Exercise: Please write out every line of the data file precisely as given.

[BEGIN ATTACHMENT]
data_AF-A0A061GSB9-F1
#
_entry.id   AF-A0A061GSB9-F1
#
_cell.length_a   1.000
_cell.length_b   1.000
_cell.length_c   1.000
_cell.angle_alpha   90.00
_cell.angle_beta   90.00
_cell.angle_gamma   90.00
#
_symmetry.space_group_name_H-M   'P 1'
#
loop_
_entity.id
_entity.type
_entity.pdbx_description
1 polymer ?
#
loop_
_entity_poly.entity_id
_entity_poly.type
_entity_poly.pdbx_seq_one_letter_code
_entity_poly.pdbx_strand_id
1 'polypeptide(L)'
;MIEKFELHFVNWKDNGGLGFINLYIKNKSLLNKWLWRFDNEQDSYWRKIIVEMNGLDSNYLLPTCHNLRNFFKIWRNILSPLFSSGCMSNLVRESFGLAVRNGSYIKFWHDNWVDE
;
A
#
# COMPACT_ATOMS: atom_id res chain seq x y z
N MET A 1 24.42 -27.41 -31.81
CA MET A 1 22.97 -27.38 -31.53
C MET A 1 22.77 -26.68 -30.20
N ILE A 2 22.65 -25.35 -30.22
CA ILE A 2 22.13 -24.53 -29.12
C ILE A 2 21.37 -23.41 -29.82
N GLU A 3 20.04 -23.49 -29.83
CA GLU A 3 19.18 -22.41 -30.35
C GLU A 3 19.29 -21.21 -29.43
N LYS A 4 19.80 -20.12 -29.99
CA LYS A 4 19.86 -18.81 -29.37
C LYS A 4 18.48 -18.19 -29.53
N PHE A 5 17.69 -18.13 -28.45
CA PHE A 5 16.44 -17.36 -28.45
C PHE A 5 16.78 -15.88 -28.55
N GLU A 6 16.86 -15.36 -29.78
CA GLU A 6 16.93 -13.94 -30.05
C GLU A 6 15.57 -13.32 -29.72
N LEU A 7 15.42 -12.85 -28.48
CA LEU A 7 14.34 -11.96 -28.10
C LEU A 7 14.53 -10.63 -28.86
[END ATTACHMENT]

data_AF-A0A061GSB9-F1
#
_entry.id   AF-A0A061GSB9-F1
#
_cell.length_a   1.000
_cell.length_b   1.000
_cell.length_c   1.000
_cell.angle_alpha   90.00
_cell.angle_beta   90.00
_cell.angle_gamma   90.00
#
_symmetry.space_group_name_H-M   'P 1'
#
loop_
_entity.id
_entity.type
_entity.pdbx_description
1 polymer ?
#
loop_
_entity_poly.entity_id
_entity_poly.type
_entity_poly.pdbx_seq_one_letter_code
_entity_poly.pdbx_strand_id
1 'polypeptide(L)'
;MIEKFELHFVNWKDNGGLGFINLYIKNKSLLNKWLWRFDNEQDSYWRKIIVEMNGLDSNYLLPTCHNLRNFFKIWRNILSPLFSSGCMSNLVRESFGLAVRNGSYIKFWHDNWVDE
;
A
#
# COMPACT_ATOMS: atom_id res chain seq x y z
N MET A 1 24.42 -27.41 -31.81
CA MET A 1 22.97 -27.38 -31.53
C MET A 1 22.77 -26.68 -30.20
N ILE A 2 22.65 -25.35 -30.22
CA ILE A 2 22.13 -24.53 -29.12
C ILE A 2 21.37 -23.41 -29.82
N GLU A 3 20.04 -23.49 -29.83
CA GLU A 3 19.18 -22.41 -30.35
C GLU A 3 19.29 -21.21 -29.43
N LYS A 4 19.80 -20.12 -29.99
CA LYS A 4 19.86 -18.81 -29.37
C LYS A 4 18.48 -18.19 -29.53
N PHE A 5 17.69 -18.13 -28.45
CA PHE A 5 16.44 -17.36 -28.45
C PHE A 5 16.78 -15.88 -28.55
N GLU A 6 16.86 -15.36 -29.78
CA GLU A 6 16.93 -13.94 -30.05
C GLU A 6 15.57 -13.32 -29.72
N LEU A 7 15.42 -12.85 -28.48
CA LEU A 7 14.34 -11.96 -28.10
C LEU A 7 14.53 -10.63 -28.86